AIDS Cure Goes from Crackpot Notion to 'Which Kind of Cure?'
By Anette Breindl
Until quite recently, if you talked about a cure, AIDS researchers assumed you were either a fool or an ACT UP activist. Now, three patients appear to have been cured.
One is no longer taking medication for his HIV infection. The other two patients, whose cases were presented at the XIX International AIDS Conference last week, are still on antiretroviral drugs. But in all three, no trace of virus can be found in their cells, two to five years after they received bone marrow transplants for leukemia.
And scientists are not only discussing the general possibility of a cure, but distinguishing between two types of cure: functional and eradication cures.
A functional cure, David Margolis told BioWorld Today, means that virus remains undetectable in the absence of antiretroviral treatment, as they are with the first cured AIDS patient, Berlin patient Timothy Brown.
What is unclear is whether Brown has had an eradication cure, that is, whether the virus is truly gone from his body or still hiding out in latent reservoirs where it is not dividing, but possibly ready to start doing so again when conditions are right. Distinguishing between a functional and an eradication cure may seem like arguing about whether a large starving population should be fed with shrimp or steak when neither is available. But Margolis, who is at the University of North Carolina at Chapel Hill, said that at least for HIV patients in the developed world, the distinction is not trivial. In fact, "I want to cure AIDS for different reasons than people with HIV want to be cured."
From his perspective, having people on a lifelong, complicated therapeutic regimen is burdensome for the patients and costly for society.
But "patients want a cure because they don't want to be different from the rest of society anymore." And that goal can only be achieved with an eradication cure. Functionally cured HIV-positive patients could still be infective, which marks them as different from others and necessitates continued precautions against infecting others. And so, patients far prefer the notion of an eradication cure, and are "less willing to undergo treatment and take risks" for a functional cure than for an eradication one.
For an eradication cure, those reservoirs somehow have to be brought to the attention of the host immune system. In the June 26, 2012, issue of Nature, senior author Margolis and his colleagues described a strategy that could achieve that goal.
In their studies, Margolis and his team treated eight HIV patients, who remained on antiretroviral treatment, with the HDAC inhibitor Zolinza (vorinostat, Merck and Co. Inc.). When they looked at resting T cells that is, T cells that were not actively engaged in fighting an infection from those patients after the treatment, each of the eight showed an increase in HIV RNA, meaning that the drug had induced translation.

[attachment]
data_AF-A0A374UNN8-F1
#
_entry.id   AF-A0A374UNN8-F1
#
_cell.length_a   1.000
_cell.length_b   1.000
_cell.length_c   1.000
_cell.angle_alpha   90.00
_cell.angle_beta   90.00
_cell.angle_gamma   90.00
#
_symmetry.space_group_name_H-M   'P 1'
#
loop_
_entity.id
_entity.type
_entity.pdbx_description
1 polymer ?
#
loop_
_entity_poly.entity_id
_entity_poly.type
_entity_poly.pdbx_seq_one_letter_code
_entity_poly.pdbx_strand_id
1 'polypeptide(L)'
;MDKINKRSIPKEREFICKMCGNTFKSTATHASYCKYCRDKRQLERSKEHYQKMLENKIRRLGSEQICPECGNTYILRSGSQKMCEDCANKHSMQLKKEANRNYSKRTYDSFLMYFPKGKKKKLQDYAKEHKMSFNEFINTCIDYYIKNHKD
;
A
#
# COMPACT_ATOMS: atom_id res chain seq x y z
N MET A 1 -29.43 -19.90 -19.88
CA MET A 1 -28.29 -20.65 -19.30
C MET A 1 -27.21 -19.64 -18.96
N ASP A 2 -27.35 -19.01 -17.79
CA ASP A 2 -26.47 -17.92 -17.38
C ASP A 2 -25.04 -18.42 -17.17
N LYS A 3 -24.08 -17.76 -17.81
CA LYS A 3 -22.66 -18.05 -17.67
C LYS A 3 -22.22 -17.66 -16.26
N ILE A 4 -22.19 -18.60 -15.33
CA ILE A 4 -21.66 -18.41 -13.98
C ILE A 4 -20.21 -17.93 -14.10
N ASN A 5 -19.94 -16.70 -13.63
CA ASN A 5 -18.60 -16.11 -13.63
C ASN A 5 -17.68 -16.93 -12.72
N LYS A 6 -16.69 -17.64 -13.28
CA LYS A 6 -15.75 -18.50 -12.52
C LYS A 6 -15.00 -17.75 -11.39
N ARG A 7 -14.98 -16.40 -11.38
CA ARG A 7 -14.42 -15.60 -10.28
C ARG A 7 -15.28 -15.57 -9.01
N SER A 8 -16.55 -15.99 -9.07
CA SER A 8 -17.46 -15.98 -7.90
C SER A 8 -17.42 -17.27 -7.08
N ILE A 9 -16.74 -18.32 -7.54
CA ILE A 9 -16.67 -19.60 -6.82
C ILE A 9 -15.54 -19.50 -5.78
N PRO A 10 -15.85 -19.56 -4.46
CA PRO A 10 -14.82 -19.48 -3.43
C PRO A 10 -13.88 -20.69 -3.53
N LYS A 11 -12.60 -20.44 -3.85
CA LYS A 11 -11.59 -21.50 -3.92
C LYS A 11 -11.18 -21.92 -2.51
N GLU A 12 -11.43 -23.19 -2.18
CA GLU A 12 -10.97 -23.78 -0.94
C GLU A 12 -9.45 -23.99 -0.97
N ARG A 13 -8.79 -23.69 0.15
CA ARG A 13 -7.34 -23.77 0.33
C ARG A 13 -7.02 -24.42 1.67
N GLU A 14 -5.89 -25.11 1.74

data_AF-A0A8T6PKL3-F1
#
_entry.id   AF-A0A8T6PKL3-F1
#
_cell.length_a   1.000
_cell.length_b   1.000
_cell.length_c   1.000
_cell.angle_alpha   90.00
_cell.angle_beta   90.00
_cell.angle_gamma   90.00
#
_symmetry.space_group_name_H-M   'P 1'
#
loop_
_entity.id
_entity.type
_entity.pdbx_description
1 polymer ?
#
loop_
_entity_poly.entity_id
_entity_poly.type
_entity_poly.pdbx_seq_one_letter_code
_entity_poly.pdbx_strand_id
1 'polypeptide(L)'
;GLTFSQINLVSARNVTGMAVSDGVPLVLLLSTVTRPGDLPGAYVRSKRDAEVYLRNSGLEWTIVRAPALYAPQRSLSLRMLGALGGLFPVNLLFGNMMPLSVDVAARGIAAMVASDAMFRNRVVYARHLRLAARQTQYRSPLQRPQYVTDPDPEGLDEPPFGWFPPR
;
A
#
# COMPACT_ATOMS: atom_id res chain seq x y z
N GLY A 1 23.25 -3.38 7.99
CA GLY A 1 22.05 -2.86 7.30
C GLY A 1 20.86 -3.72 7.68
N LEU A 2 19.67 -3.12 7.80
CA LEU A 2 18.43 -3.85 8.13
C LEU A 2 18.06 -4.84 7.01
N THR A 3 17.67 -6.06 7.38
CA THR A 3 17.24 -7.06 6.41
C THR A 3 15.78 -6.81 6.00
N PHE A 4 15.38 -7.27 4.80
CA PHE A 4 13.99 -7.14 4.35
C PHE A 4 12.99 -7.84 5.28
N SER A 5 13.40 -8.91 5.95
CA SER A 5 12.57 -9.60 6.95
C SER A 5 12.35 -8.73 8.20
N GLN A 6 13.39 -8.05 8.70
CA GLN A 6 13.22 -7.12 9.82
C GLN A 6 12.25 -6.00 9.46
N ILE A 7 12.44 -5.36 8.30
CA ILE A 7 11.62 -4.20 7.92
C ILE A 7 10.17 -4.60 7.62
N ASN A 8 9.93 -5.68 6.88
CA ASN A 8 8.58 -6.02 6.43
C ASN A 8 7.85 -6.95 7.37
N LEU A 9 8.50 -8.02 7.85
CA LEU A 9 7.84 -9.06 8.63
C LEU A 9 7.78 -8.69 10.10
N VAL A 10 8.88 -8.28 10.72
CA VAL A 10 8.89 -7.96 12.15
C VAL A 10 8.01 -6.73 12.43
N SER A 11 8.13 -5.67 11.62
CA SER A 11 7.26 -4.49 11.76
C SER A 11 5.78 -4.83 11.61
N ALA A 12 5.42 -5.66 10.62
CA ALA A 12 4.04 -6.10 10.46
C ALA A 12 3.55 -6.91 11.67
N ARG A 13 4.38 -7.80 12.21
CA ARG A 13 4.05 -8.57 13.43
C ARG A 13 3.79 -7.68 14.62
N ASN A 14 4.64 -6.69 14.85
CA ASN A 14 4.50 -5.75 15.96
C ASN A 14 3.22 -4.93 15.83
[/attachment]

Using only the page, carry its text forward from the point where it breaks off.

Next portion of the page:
Margolis stressed that although his team induced transcription of the virus, they specifically did not do so by activating the T cells. That approach, in the form of antiretroviral treatment plus stimulation of CD3 receptors, was attempted about a decade ago, and Margolis summed up the results as "a disaster."
He also stressed that many unknowns remain about the approach. "A single dose broke latency," he said. But what is still unclear is how long the cells come out of latency, and whether there is translation, that is, the production of viral proteins. Most importantly, at present it is unknown whether the immune system notices or cares when latency is broken by that approach. "We don't know whether some, or none, or all of the cells are cleared because we have induced expression of the virus."
Even if breaking latency alone is not enough to induce clearance of infected cells, the next possibility would be to combine it with a therapeutic vaccine. Margolis said that "there is a large body of vaccine work that is directly applicable" to such an attempt.
In Margolis' opinion, it is ultimately "easier to conceive of eradication therapy than of a highly effective [preventive] vaccine," though he cheerfully acknowledged that his opinion just might be related to the fact that he is working on an eradication cure. And he also acknowledged that it doesn't really matter which one is more difficult. "Both are very difficult to do," he said, "and both have to be done."
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